Boing Boing 

Hacktivist sees too much, FBI lock him up on child-porn charges, produce no evidence


Matthew DeHart, a veteran from a multi-generational military/intelligence family, ran a Tor hidden service server for his Wow guildies, members of his old army unit, and whistleblowers.

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danah boyd explains student privacy bills

"The conversation is constructed as being about student privacy, but it’s really about who has the right to monitor which youth".

Brianna Wu uploads Gamergate death threat to shame Ohio prosecutor

The game developer and Gamergate bogeywoman/survivor has furnished the authorities with the graphic death-threats she received for speaking out about online harassment of women, but they won't take action.

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Atlanta pays $20,000 to critic forced to post pro-cop message to Facebook

Atlanta police Lt. Jeffrey Cantin told Baton Bob, a street performer, that he wouldn't be released on Bond unless he posted complementary remarks about the Atlanta police department to his Facebook page.

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Don't come to your court-date in a lime-green Batman costume

Honestly, it should go without saying.

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John Deere: of course you "own" your tractor, but only if you agree to let us rip you off


John Deere freaked out over a a petition to the Copyright Office to let tractor owners break the DRM on their vehicles in order to diagnose and fix them.

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What did the courts just do to NSA spying?


When a panel of federal judges from the Second Circuit Court of Appeals ruled that the NSA's bulk-phone records spying program was illegal, it was a legal game-changer, but what, exactly, does it all mean?

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DOJ tells judges they don't get a say in whether information is classified


DOJ lawyer Catherine Dorsey: "We don’t think there is a First Amendment right to classified documents" -- she was seeking to suppress evidence of force-feeding torture in Gitmo.

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Appeals Court rejects NSA's bulk phone-record collection program


A panel of judges from the Second Circuit Court of Appeals has ruled that the NSA's mass phone-record collection program was not authorized by Congress in the Patriot Act.

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Computer scientist/Congressman: crypto backdoors are "technologically stupid," DA is "offensive"

Rep Ted Lieu (D-CA) is a USAF reserve colonel, former member of the Judge Advocate General Corps and holds a computer science degree -- he's one of the four members of Congress with any formal computer science qualifications.

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Crowdfunded 3D printer shipments withheld to backers who complained about lateness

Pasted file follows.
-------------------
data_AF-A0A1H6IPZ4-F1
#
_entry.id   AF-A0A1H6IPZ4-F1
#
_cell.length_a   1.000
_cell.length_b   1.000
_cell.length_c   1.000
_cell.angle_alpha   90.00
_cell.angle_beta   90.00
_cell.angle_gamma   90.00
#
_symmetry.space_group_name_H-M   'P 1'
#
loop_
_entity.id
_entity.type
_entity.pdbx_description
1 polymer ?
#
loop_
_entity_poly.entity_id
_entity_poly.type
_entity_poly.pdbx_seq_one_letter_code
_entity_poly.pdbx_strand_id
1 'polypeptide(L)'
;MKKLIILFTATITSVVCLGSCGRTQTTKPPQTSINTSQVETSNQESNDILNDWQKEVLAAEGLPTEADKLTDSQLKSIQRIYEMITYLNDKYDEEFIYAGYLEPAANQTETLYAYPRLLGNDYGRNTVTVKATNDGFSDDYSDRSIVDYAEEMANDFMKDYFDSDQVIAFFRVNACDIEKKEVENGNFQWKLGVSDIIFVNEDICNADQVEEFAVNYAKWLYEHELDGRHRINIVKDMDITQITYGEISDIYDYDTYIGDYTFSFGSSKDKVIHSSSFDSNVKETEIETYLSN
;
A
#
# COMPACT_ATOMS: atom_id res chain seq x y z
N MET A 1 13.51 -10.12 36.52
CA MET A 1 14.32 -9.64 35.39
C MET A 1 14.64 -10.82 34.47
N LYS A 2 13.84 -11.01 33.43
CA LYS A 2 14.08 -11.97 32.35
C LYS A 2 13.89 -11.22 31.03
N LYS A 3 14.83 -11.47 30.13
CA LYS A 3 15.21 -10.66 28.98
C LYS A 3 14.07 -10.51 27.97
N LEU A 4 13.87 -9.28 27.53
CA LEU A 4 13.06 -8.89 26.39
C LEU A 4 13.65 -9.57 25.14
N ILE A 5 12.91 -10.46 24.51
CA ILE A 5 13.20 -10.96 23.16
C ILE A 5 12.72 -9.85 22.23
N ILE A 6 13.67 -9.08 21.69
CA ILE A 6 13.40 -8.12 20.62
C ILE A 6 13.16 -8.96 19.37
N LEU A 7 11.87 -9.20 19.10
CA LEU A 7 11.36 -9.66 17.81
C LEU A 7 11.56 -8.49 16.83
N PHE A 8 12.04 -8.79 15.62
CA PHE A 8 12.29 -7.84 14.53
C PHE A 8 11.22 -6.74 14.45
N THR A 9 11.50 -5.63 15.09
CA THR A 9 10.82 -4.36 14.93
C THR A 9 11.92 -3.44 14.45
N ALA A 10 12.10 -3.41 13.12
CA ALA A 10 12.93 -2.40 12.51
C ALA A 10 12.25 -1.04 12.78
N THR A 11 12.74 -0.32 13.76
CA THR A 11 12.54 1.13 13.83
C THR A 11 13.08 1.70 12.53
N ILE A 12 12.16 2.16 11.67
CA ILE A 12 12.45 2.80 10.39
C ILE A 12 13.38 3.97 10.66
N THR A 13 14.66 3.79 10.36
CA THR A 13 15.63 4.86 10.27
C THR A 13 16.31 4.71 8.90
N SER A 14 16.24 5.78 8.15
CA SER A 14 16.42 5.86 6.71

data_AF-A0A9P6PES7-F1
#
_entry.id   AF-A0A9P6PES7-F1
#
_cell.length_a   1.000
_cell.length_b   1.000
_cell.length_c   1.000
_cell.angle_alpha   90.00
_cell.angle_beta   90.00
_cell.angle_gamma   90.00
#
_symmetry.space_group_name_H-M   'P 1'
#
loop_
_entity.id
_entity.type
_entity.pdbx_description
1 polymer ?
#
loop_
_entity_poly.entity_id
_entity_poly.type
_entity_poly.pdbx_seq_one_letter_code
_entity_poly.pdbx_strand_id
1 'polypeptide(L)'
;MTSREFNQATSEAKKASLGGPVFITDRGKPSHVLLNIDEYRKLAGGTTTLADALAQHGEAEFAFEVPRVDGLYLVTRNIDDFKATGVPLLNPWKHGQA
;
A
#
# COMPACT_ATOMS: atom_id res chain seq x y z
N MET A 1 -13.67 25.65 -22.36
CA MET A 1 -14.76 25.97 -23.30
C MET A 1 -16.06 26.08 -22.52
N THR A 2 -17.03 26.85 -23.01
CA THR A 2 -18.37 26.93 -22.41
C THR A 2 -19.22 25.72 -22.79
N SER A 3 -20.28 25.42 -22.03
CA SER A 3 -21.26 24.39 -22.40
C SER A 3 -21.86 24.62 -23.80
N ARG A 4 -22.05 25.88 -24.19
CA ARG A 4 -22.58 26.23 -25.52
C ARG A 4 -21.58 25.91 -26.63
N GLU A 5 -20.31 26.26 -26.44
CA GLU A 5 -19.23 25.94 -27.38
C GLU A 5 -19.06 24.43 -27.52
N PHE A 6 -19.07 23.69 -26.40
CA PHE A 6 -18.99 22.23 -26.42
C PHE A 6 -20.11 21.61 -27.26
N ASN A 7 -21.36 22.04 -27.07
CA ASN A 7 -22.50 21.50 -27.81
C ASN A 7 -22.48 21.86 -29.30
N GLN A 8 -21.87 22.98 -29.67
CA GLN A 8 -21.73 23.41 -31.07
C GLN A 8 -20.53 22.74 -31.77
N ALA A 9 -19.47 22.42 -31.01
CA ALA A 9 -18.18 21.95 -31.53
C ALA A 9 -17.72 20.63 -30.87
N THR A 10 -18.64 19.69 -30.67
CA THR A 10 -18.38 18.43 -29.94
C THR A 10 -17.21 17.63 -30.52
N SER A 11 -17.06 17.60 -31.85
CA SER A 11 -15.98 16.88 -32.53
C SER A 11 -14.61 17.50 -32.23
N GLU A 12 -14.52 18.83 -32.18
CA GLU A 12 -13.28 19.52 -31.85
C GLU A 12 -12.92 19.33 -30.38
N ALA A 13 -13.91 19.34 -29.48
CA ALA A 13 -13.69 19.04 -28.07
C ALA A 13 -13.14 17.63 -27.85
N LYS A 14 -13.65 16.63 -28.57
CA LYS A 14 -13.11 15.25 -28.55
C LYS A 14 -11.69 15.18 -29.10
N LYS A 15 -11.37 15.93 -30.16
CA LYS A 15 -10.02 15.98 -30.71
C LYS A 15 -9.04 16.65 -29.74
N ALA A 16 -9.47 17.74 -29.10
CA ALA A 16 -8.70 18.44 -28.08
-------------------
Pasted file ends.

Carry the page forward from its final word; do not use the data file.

Cobblebot's crowdfunded 3D printers were supposed to ship in October, but many backers have yet to get theirs, including the "super early" backers -- and it turns out this is on purpose, as Cobblebot is deliberately withholding shipments from customers who complained online, citing a nebulous Texas defamation statute that bans statements regarding "dishonesty, fraud, rascality, or general depravity."

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FBI's crypto backdoor plans require them to win the war on general purpose computing


The FBI wants backdoors in all your crypto, and UK Prime Minister David Cameron made backdoors an election promise, but as Stanford lawyer/computer scientist Jonathan Mayer writes, there's no way to effectively backdoor modern platforms without abolishing the whole idea of computers as we know them, replacing them with an imaginary and totalitarian computing ecosystem that does not exist and probably never will.

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Town will cut off power to families of kids who commit vandalism


If your child commits vandalism, the Farmer City, IL council want to cut off electrical power to your house.

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Senators announce "Aaron Swartz Should Have Faced More Jail Time" bill

Senators Mark Kirk [R-IL] and Kirsten Gillibrand [D-NY] announced a bill that increases the maximum jail time for "obtaining information from a protected computer without authorization" -- which covers anything you do that violates the BS Terms of Service we all break all day long.

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San Franciscans: help free the records of the US court system

Rogue archivist Carl Malamud sez, "On May 1 (Friday) at the Internet Archive in San Francisco, I'm going to be running a 'PACER Polling Place' from 8am-5pm. I hope you'll stop by and give me a hand."

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A bill to fix America's most dangerous computer law

Senator Ron Wyden [D-OR] and Rep. Jared Polis [D-CO] have introduced legislation in the US Senate and House to fix one of the worst computer laws on the US statute books: section 1201 of the Digital Millennium Copyright Act, which forbids breaking digital locks, even for lawful purposes.

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Australia outlaws warrant canaries


The exceptionally broad new surveillance bill lets the government do nearly unlimited warrantless mass surveillance, even of lawyer-client privileged communications, and bans warrant canaries, making it an offense to "disclose information about the existence or non-existence" of a warrant to spy on journalists.

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